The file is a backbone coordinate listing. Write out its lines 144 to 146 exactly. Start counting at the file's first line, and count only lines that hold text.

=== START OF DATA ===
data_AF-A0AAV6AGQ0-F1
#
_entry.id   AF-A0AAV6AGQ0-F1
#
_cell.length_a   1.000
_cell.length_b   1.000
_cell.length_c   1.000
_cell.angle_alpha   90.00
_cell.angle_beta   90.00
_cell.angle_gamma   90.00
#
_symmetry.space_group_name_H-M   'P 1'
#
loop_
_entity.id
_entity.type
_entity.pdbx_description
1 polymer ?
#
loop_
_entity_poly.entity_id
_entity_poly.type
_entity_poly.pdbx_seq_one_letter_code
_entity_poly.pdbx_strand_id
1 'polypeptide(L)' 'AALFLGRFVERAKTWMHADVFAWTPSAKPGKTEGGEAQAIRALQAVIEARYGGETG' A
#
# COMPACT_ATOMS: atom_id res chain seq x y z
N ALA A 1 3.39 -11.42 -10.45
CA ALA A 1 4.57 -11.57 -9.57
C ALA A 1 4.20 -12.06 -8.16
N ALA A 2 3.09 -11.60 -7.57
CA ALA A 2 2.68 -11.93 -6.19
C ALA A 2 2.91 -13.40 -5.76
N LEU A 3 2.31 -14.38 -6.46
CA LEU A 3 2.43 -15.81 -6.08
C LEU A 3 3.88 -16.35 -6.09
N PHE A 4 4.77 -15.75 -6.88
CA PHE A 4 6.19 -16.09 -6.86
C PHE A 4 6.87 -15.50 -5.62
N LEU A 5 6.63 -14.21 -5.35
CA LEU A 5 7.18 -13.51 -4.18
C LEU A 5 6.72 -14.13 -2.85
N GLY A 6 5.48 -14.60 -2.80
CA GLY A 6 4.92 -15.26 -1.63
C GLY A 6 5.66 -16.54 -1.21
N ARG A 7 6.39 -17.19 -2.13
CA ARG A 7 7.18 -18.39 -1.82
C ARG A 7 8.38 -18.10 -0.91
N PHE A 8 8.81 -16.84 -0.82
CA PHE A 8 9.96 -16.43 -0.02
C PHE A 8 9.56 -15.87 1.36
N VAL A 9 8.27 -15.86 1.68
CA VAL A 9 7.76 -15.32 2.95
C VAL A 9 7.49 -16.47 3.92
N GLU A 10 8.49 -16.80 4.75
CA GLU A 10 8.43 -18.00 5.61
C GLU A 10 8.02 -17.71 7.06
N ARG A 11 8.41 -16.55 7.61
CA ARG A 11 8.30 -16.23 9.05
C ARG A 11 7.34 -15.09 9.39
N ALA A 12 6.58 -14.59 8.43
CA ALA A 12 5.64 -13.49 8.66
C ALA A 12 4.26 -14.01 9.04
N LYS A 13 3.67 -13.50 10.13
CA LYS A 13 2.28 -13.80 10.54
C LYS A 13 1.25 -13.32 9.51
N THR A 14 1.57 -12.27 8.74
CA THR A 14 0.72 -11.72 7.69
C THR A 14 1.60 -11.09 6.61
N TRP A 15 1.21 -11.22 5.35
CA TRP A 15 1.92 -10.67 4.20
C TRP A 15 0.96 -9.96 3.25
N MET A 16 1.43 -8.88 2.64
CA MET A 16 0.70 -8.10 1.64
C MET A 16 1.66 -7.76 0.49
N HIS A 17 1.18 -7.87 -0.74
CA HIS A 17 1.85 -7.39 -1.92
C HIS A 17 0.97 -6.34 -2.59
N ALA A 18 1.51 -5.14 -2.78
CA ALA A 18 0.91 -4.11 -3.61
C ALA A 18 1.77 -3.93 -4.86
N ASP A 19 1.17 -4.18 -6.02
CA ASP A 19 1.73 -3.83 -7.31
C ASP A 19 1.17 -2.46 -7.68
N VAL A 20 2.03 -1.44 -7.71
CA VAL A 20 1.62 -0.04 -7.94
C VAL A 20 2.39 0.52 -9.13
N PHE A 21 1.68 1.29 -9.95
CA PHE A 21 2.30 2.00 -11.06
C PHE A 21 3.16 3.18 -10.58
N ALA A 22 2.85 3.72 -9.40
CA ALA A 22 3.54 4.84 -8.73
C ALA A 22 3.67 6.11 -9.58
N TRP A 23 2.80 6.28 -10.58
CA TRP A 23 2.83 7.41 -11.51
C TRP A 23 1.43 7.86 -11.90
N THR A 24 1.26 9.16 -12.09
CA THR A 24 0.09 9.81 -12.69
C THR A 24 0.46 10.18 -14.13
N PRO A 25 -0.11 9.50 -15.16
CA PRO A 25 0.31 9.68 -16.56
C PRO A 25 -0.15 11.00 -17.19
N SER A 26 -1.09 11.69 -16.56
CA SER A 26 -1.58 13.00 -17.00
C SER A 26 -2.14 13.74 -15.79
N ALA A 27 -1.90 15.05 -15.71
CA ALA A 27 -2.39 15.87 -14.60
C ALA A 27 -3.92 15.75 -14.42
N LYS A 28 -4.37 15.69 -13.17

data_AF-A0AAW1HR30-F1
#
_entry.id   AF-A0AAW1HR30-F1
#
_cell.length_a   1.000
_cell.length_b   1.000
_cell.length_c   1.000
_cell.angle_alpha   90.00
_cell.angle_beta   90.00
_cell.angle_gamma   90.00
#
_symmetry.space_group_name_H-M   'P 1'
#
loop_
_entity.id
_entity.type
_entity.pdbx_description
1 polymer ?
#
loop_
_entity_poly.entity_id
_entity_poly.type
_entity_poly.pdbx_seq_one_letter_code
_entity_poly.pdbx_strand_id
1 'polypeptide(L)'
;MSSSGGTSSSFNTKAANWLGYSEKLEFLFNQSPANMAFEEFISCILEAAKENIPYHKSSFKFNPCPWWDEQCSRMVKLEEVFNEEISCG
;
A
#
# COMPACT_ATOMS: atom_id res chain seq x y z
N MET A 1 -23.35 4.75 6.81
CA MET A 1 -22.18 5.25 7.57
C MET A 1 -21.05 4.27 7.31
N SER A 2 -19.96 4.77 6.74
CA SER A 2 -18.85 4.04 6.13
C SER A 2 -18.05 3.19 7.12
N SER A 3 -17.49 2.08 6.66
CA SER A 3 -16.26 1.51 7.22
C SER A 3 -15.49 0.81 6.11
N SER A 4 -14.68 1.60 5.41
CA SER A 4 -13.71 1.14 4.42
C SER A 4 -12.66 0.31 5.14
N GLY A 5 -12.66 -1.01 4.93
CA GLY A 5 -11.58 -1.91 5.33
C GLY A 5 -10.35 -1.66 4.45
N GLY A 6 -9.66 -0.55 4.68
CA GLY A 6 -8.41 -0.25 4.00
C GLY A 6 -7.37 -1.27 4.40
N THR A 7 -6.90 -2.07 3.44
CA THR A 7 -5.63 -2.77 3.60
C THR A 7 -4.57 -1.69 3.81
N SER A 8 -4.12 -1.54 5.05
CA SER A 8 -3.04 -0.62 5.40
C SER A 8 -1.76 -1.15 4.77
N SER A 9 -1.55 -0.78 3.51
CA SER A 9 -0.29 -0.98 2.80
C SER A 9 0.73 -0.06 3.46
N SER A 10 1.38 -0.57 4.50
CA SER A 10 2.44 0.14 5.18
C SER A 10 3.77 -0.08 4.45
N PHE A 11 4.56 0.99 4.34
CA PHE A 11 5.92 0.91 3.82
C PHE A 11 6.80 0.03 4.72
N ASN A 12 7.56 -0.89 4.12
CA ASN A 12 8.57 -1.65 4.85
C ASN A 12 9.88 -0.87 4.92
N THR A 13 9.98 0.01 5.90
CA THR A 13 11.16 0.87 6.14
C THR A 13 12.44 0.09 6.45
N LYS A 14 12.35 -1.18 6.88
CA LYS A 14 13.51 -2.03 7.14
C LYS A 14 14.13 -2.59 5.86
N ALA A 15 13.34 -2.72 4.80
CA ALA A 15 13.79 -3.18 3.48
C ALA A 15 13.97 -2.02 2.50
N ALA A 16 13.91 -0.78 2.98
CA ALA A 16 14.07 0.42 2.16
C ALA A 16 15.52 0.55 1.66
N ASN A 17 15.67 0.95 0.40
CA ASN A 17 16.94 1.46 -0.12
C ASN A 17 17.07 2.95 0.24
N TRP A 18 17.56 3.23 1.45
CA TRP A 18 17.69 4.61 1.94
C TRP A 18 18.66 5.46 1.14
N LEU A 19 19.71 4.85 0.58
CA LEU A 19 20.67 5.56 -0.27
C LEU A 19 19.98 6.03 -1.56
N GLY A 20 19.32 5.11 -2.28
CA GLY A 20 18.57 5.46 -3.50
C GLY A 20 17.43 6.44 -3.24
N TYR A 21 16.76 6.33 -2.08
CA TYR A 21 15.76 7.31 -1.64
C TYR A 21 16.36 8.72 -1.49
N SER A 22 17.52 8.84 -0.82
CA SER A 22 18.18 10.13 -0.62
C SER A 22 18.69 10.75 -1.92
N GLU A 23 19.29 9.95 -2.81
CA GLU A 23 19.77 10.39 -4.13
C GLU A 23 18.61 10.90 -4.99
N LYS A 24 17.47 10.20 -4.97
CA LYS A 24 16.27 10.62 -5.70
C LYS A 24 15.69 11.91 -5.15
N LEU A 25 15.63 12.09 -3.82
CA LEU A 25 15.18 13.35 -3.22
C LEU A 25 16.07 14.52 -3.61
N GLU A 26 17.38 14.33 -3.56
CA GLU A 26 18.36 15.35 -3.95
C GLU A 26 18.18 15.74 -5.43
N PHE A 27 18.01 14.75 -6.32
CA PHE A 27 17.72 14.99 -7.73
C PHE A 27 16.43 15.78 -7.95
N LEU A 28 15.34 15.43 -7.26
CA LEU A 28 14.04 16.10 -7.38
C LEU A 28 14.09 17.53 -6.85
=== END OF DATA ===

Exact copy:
CA SER A 2 -18.85 4.04 6.13
C SER A 2 -18.05 3.19 7.12
N SER A 3 -17.49 2.08 6.66